Monday, April 02, 2007

Ex-aide renounces Bush

Chief Bush campaign strategist Matthew Dowd tells the NYT he's disenchanted:
ā€œI really like him, which is probably why Iā€™m so disappointed in things,ā€ he said.
Yeah, imagine how the rest of us feel.

Monday, March 19, 2007

French leave

I like the flap over the number of deserters. Are they counting Bush, or not?


Tuesday, February 27, 2007

Run, Dick, run.

Friday, February 09, 2007

Pack of liars

Today on GMA I heard that wolves take care of their old and sick.

It's regrettable but hardly surprising that an animal notorious for rapacity is more humane than the current Administration:

In the months since the election, President Bush has escalated the war in Iraq and made serious threats and allegations (unsupported by evidence) that could presage an attack against Iran. He has proposed a health-care reform measure that, as a side effect, would largely wipe out Social Security for low and moderate income workers. President Bush has also proposed gradually phasing out Medicare for middle income retirees over the next 4 or 5 decades. --Dean Baker


Friday, February 02, 2007

Can you hear me now?

The Earth stages a guerilla marketing campaign on Super Bowl weekend:

Florida tornado released on same day as IPPC report.

Global Climate Change-- brought to you by YOU!

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Thursday, February 01, 2007

Uppity woman will be missed

Molly Ivins' first newspaper job was in the complaint department of the Houston Chronicle, followed by the position of sewer editor. She went on to the Minneapolis Tribune, where she was the first woman police reporter in that city and, later, the reporter who covered a beat called Movements for Social Change, where she notes that she wrote about "militant blacks, angry Indians, radical students, uppity women and a motley assortment of other misfits and troublemakers." She left the Tribune to write for the Texas Observer from 1970 to 1976. The New York Times, concerned that its prevailing writing style was too staid and lifeless, hired her away from the Observer in 1976, and she wrote for the Times until 1982. Her more colorful style clashed with the editors' expectations, and in 1982, after she wrote about a "community chicken-killing festival" and called it a "gang-pluck," she was dismissed. She then wrote for the Dallas Times Herald from 1982 until the paper's demise in 1992, moving in that year to the Fort Worth Star-Telegram, her current home paper. --Creators Syndicate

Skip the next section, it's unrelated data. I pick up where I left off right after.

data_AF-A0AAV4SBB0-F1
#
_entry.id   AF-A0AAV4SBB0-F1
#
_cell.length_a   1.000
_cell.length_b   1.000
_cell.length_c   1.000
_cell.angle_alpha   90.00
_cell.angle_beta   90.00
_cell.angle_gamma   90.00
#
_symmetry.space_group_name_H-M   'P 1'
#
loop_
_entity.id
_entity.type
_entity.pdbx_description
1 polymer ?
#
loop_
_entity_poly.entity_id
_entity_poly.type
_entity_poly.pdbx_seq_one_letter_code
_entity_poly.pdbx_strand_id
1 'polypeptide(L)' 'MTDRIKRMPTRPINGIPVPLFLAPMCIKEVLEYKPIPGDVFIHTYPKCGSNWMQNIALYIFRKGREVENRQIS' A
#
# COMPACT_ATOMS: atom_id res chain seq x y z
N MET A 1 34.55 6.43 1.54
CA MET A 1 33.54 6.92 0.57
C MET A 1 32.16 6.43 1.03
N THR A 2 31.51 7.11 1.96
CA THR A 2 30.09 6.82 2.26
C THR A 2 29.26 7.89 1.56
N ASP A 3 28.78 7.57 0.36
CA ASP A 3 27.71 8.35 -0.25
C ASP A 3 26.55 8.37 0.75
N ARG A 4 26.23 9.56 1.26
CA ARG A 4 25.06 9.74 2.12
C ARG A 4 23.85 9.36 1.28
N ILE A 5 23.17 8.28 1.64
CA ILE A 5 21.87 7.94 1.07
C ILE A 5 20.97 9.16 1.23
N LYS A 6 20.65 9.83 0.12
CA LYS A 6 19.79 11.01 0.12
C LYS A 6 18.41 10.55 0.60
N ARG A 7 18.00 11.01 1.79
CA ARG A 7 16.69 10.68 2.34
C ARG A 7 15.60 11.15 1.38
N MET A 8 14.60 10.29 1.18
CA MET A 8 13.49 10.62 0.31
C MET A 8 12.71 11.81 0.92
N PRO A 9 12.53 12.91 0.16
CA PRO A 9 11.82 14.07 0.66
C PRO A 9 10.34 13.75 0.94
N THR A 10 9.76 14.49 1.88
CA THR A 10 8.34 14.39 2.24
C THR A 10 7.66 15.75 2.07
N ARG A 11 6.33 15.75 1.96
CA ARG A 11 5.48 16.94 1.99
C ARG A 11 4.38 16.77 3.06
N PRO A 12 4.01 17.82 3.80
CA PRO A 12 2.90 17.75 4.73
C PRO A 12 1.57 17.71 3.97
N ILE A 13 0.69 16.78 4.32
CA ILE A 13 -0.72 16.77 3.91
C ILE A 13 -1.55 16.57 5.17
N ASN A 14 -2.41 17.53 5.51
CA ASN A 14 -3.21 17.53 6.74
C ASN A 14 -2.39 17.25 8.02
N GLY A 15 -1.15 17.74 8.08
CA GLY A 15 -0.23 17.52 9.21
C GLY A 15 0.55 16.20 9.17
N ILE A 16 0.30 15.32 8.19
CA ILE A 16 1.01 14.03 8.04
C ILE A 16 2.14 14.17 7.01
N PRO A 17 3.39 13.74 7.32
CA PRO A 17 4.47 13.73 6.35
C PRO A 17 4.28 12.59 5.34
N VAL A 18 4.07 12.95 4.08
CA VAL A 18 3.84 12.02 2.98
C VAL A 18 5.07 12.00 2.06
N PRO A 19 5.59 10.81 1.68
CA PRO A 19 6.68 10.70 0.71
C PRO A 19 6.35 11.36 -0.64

Molly's last column ends:

We are the people who run this country. We are the deciders. And every single day, every single one of us needs to step outside and take some action to help stop this war. Raise hell. Think of something to make the ridiculous look ridiculous. Make our troops know we're for them and trying to get them out of there. Hit the streets to protest Bush's proposed surge.

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Monday, January 29, 2007

Schieffer takes a stand

Bob Schieffer is mad as hell and he's not going to take it any more. This is how he ended "Face the Nation" Sunday:
Schieffer: Can We Handle the Truth?

During the court martial scene in the movie "A Few Good Men," young Navy prosecutor Tom Cruise put Marine Colonel Jack Nicholson on the stand and demanded the truth.

Nicholson replied, "The truth? You can't handle the truth!"

A memorable line, but we are left to ask: Has the government concluded Nicholson's character was right, that Americans can't handle the truth?

As the war has grown worse, we have heard government spokesmen from the top on down tell us "Stuff happens," "Mission accomplished," "Enormous progress," "The good news is not reported."

We can't even get a straight story on how our troops die.

Last week, the Pentagon first reported that four Americans were killed in Iraq while repelling an enemy attack. Then on Friday we were told they had actually been kidnapped during a shootout and executed, two of them handcuffed and shot in the head.

In the hours after the killings, reporters who had pieced together the real story were told their version was inaccurate. The new Secretary of Defense claimed he was unaware of the new information an hour before it was announced.

The government argues that public criticism hurts the war effort, but it is being damaged much more by its own loss of credibility brought on by such incidents.

Truth is the foundation of democracy and Americans can handle the truth ā€” they demand it. History shows that when they fail to get it, they no longer follow their leaders, no matter the cause. They are more likely to just change leaders.

I applaud Bob Schieffer's courageous stand. He is clearly outraged by this administration's casual dismissal of important values such as truth and human life.

Thank you for speaking up, Bob, and speaking truth to power. If more journalists had dared to challenge this arrogant administration, we might not now be debating our painful way out of the Iraq quagmire.

Never mind the rabid rightwing bloggers, ("You know, this is rediculous. Just rediculous. Bob", "Bob Schieffer, you are full fledged, flaming, card carrying liberal.") full speed ahead.

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